SANTIAGO, Chile, June 1, 2011 (LifeSiteNews.com) – Following months of resistance, Chilean president Sebastian Piñera capitulated last Friday to the demands of homosexualist organizations and agreed to introduce legislation to create “civil unions” between people of the same sex.
Until recently, the otherwise conservative Piñera was receiving the praise of pro-family organizations for his strong stance in favor of marriage, as well as the right to life. Although he had formerly promised to offer a civil unions bill, he had resisted demands by homosexual organizations to do so as a debate raged within his own party over the matter. Moreover, Piñera had strongly upheld marriage as a union between a man and a woman, and defined families in a way that excluded homosexual couples.
“I believe very much in marriage, in marriage as it should be, between a man and a woman, who marry each other to share a life project, to generate a new family, to receive the children that God sends us,” Piñera stated on May 20, provoking an angry reaction from Chile’s largest homosexual organization.
“We have a profound difference with Piñera regarding homosexual marriage, because to oppose oneself to the legal equality of all people is unacceptable in a democratic society,” said the homosexualist Movement of Homosexual Integration and Liberation (MOVILH) in a press communique. “What we repudiate with special force is that he is being retrogressive regarding his conception of the family. He cannot change his position over this issue after assuming the presidency.”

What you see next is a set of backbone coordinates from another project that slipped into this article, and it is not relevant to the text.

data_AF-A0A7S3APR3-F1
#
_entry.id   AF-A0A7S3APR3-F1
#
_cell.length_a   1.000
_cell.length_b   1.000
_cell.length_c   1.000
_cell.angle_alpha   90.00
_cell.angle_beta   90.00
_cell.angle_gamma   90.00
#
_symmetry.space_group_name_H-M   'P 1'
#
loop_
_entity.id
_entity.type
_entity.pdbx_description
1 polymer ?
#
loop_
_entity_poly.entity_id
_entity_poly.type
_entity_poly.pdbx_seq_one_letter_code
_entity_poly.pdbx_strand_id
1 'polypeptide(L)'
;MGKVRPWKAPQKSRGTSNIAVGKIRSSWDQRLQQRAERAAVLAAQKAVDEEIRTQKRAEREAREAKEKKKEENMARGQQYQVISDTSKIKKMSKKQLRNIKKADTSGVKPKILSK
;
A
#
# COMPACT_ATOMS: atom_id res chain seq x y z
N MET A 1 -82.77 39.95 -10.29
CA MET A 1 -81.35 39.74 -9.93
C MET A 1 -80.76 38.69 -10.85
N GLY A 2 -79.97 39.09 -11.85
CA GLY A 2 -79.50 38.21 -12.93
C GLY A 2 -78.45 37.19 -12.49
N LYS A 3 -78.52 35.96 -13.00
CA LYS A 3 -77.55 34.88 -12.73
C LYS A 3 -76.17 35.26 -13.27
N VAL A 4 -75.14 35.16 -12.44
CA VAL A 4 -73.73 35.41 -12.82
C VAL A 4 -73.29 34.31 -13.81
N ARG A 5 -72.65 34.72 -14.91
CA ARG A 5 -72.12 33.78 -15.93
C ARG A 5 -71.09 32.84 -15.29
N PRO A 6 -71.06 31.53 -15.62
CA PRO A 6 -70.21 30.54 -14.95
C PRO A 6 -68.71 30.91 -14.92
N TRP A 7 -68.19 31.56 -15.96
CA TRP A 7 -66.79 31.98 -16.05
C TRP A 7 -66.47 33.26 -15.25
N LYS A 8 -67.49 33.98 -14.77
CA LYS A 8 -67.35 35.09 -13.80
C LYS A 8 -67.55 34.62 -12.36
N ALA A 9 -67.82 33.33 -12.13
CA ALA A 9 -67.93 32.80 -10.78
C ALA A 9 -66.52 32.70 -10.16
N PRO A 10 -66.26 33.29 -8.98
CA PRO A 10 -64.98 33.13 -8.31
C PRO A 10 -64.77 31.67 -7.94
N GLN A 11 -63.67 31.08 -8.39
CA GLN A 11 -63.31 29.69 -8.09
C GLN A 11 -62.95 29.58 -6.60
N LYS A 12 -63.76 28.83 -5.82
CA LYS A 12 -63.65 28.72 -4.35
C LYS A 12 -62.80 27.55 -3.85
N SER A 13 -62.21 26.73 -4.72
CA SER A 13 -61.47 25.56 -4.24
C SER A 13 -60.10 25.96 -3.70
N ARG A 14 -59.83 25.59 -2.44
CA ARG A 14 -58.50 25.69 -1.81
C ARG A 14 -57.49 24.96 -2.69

The homosexual lobby’s fears that Piñera would stand firm in defense of the family were dispelled on Friday when his administration announced that it would soon introduce the promised legislation to codify “de facto unions” in order to “safeguard the dignity of these couples, whether they are of distinct sexes or the same sex.”
The homosexualist website On Top noted that Piñera’s decision followed heavy pressure from MOVILH, which “called for a national march in support of gay marriage and suggested that Piñera had not lived up to a campaign pledge to back a civil unions bill.”
However, pro-family organizations may still hope for vacillation on Piñera’s part—the president has promised the civil unions legislation several times in the past, and hasn’t yet delivered. It may be in part for that reason that MOVILH has reportedly decided to go ahead with its protest march on June 25 in Santiago, despite the apparent capitulation of the nation’s president.